Dividend income from shares held as investment shall be taxable under head ‘other sources’ in the hands of recipient shareholders at applicable slab rates.
For non-resident shareholders, tax is required to be withheld at the rate of 20%, subject to beneficial tax treaty rate, if available.
By Neha Malhotra
With abolition of Dividend Distribution Tax (DDT), dividend declared/ distributed on or after April 1, 2020 is taxable in the hands of the recipient shareholders. Transitional dividends (i.e. declared before the cut-off date and distributed later), shall remain subject to DDT. Restoration of the classical system has led to revival of corresponding enabling provisions that permit deduction of expenses, deduction of tax at source (TDS), treaty relief for non-residents, etc.
Compliance obligation on shareholders
Dividend income from shares held as investment shall be taxable under head ‘other sources’ in the hands of recipient shareholders at applicable slab rates. As per the provisions of the Income Tax Act, final dividend is taxable in the year in which it is declared, distributed or paid, whichever is earlier and interim dividend is taxable in the year when such dividend is received by the shareholders.
For resident shareholders, dividends and income from mutual funds is subject to TDS at the rate of 10%, if the amount received by the individual exceeds Rs 5,000 in a year. The tax so deducted shall be available as credit from the final tax liability of the taxpayer, at the time of filing of return of income. For non-resident shareholders, tax is required to be withheld at the rate of 20%, subject to beneficial tax treaty rate, if available.
However, non-resident shareholders would be required to furnish various documents such as Tax Residency Certificate, Form 10F, declaration of beneficial ownership, etc. in order to claim tax treaty benefits. Else, the Indian company distributing dividend, may deduct tax without accounting for the beneficial treaty rate. In such a case, lower tax treaty rate shall have to be claimed by filing tax return in India.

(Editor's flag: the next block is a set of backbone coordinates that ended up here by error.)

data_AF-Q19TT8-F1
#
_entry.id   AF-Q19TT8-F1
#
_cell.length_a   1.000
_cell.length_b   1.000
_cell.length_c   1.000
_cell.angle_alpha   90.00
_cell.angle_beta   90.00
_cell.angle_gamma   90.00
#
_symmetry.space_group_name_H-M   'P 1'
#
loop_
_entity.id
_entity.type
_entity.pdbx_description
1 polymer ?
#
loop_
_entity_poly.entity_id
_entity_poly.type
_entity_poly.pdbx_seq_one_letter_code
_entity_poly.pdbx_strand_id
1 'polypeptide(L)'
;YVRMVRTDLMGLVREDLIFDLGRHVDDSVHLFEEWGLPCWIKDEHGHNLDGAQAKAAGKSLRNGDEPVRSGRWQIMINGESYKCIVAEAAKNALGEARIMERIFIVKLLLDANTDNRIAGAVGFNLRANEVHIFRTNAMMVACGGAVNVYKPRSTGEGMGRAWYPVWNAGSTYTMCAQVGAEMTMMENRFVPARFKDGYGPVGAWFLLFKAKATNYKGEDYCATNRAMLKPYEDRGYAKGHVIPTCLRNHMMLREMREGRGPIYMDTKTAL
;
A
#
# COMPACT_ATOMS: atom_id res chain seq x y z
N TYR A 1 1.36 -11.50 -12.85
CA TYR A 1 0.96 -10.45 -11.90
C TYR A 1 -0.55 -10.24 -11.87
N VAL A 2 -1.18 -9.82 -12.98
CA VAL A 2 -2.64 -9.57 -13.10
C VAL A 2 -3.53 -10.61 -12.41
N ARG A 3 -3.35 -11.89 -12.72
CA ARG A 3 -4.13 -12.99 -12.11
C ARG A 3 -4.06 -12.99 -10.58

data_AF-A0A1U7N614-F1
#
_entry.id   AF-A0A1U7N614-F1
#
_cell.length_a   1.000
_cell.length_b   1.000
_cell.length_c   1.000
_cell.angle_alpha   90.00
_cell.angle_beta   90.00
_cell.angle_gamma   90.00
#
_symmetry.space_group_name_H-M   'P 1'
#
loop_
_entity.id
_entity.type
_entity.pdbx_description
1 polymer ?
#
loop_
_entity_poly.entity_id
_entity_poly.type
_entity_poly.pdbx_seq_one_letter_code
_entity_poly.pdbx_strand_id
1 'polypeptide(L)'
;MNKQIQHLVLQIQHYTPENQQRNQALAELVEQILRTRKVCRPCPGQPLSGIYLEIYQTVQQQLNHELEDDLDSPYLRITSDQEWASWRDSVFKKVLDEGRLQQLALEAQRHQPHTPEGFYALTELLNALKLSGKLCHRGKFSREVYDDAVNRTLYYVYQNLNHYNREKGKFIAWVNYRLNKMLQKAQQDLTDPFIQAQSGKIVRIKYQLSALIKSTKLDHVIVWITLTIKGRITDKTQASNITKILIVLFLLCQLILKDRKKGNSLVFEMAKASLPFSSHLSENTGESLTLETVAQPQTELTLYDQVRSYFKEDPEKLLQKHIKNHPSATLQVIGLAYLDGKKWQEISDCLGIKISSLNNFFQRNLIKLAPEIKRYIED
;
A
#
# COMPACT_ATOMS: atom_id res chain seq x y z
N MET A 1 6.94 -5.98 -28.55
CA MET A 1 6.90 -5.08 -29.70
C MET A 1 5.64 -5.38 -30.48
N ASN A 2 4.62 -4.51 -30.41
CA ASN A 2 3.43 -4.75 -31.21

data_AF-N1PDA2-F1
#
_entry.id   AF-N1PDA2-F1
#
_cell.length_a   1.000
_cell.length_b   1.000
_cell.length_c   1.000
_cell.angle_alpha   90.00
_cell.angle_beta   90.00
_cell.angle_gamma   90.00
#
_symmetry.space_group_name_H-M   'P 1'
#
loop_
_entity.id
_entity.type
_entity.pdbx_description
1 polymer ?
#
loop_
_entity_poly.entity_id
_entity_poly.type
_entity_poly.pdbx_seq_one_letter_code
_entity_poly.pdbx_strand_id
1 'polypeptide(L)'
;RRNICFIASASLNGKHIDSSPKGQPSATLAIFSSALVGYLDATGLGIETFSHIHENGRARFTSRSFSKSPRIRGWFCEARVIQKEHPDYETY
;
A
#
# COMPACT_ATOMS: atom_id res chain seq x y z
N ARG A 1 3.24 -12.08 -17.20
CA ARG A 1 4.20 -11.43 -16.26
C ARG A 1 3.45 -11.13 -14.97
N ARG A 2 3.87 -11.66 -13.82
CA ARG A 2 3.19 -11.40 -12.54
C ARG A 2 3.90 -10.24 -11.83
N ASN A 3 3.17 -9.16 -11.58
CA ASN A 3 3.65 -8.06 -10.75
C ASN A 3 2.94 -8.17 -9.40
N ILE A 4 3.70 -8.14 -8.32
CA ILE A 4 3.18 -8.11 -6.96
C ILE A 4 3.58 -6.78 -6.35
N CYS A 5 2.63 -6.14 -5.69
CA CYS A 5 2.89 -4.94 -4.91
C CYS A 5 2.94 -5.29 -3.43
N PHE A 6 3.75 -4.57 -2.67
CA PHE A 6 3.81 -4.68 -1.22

Pertinently, non-resident shareholders are exempted from filing a tax return if their total income consists of dividend income or any prescribed passive income (like interest) and tax has been withheld at rate specified in the Act. Therefore, only if a lower tax treaty rate is claimed, non-residents shall have to furnish a return of income disclosing dividend income and tax deducted thereon.
Deduction of expenses
As per the new provisions, a taxpayer may claim deduction of interest expenditure that has been incurred by him to earn the dividend income, subject to the limit of 20% of such income. No other expense, like commission or remuneration paid to banker/ broker shall be allowed to be claimed.
Further, income tax provisions require taxpayers to pay advance tax instalments, if estimated tax liability exceeds Rs 10,000 in the relevant year. In the event of non-payment/ short payment, interest at prescribed rates is charged on the amount of shortfall. However, recognising the nature of dividend income and the probable difficulties in accurate determination of advance tax thereon, the law has provided that if shortfall in payment of advance tax is on account of dividend income, no interest would be levied, provided the taxpayer pays full tax in subsequent advance tax instalments.
What to do?
With the end of the financial year on March 31, 2021, it is time for filing of income tax returns before the end of July this year. In order to ease compliance, details of dividend income will now be pre-filled in Income Tax Return Forms and can be downloaded from the income tax portal.
The writer is director, Nangia Andersen India. With inputs from Vasudha Arora